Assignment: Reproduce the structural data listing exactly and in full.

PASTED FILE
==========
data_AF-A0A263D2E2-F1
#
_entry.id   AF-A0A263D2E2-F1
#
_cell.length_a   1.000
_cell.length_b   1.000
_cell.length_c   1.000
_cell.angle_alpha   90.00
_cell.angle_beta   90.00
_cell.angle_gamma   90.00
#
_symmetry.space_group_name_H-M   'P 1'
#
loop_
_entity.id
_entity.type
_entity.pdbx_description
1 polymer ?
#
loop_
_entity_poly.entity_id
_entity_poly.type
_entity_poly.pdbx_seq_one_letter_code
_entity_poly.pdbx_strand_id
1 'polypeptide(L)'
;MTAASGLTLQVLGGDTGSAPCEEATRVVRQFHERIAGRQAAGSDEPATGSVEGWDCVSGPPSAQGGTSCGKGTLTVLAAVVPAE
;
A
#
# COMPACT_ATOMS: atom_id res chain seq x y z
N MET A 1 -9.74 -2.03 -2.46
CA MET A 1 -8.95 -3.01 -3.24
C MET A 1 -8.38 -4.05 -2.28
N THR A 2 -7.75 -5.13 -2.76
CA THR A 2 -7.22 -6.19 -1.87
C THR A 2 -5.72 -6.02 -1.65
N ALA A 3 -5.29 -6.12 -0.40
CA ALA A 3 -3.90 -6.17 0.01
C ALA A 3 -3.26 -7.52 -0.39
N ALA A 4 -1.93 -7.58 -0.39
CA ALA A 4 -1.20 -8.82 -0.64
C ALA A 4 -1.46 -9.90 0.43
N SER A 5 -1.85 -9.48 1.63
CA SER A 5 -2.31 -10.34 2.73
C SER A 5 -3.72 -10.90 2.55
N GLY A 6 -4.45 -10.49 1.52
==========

data_AF-A0A263D2E2-F1
#
_entry.id   AF-A0A263D2E2-F1
#
_cell.length_a   1.000
_cell.length_b   1.000
_cell.length_c   1.000
_cell.angle_alpha   90.00
_cell.angle_beta   90.00
_cell.angle_gamma   90.00
#
_symmetry.space_group_name_H-M   'P 1'
#
loop_
_entity.id
_entity.type
_entity.pdbx_description
1 polymer ?
#
loop_
_entity_poly.entity_id
_entity_poly.type
_entity_poly.pdbx_seq_one_letter_code
_entity_poly.pdbx_strand_id
1 'polypeptide(L)'
;MTAASGLTLQVLGGDTGSAPCEEATRVVRQFHERIAGRQAAGSDEPATGSVEGWDCVSGPPSAQGGTSCGKGTLTVLAAVVPAE
;
A
#
# COMPACT_ATOMS: atom_id res chain seq x y z
N MET A 1 -9.74 -2.03 -2.46
CA MET A 1 -8.95 -3.01 -3.24
C MET A 1 -8.38 -4.05 -2.28
N THR A 2 -7.75 -5.13 -2.76
CA THR A 2 -7.22 -6.19 -1.87
C THR A 2 -5.72 -6.02 -1.65
N ALA A 3 -5.29 -6.12 -0.40
CA ALA A 3 -3.90 -6.17 0.01
C ALA A 3 -3.26 -7.52 -0.39
N ALA A 4 -1.93 -7.58 -0.39
CA ALA A 4 -1.20 -8.82 -0.64
C ALA A 4 -1.46 -9.90 0.43
N SER A 5 -1.85 -9.48 1.63
CA SER A 5 -2.31 -10.34 2.73
C SER A 5 -3.72 -10.90 2.55
N GLY A 6 -4.45 -10.49 1.52